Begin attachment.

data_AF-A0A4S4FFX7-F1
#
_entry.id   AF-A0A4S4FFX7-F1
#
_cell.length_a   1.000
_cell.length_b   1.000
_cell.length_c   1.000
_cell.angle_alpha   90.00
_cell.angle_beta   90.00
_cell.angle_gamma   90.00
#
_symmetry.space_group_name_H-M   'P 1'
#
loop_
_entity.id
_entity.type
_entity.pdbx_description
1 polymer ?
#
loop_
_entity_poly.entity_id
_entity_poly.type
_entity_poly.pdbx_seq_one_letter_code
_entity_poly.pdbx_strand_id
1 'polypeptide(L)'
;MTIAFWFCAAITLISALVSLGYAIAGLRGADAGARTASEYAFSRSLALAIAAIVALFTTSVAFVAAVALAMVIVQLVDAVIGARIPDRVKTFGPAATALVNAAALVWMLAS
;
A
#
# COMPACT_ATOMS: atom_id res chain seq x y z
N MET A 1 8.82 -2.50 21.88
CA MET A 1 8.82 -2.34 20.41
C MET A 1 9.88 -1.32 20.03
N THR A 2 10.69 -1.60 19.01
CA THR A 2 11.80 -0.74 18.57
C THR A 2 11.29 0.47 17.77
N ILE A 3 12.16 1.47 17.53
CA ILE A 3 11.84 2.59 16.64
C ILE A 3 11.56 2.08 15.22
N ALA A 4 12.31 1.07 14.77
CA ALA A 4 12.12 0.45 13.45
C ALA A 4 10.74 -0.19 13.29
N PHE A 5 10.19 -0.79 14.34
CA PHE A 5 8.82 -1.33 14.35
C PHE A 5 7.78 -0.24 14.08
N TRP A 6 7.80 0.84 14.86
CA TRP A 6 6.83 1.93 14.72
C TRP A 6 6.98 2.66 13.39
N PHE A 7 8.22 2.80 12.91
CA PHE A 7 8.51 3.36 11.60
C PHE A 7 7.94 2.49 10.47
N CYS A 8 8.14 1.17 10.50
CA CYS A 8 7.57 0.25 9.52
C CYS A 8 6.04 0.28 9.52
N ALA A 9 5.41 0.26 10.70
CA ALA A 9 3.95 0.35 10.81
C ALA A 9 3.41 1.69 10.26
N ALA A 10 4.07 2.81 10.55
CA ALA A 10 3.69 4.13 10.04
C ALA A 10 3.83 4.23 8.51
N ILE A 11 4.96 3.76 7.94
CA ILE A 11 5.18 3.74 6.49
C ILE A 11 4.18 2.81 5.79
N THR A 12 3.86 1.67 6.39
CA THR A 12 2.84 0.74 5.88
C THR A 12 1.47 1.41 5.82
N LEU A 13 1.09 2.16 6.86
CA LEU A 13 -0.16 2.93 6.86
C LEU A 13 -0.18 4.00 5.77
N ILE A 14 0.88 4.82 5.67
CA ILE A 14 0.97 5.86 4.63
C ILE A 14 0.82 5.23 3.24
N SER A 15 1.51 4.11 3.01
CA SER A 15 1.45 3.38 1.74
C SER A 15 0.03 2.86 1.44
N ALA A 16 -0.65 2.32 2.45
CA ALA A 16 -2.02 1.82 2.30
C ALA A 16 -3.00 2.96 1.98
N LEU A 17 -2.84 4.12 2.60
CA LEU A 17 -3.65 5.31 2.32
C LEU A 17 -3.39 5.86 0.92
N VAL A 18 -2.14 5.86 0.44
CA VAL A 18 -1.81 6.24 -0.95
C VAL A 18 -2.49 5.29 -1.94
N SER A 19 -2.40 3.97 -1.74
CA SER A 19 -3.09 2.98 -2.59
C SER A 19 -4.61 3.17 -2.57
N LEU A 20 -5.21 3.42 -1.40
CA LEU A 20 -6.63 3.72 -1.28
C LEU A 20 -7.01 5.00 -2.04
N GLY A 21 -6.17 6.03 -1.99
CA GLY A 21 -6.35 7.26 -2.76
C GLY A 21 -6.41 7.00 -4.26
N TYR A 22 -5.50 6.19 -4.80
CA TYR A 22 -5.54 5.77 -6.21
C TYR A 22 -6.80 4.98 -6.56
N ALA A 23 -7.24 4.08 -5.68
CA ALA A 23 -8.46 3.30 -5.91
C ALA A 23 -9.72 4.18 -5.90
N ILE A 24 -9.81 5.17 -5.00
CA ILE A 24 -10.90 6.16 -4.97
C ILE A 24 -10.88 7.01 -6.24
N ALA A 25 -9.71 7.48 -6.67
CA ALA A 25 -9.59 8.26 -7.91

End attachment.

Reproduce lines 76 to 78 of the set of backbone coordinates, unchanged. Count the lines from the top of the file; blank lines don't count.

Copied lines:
N ALA A 16 -0.65 2.32 2.45
CA ALA A 16 -2.02 1.82 2.30
C ALA A 16 -3.00 2.96 1.98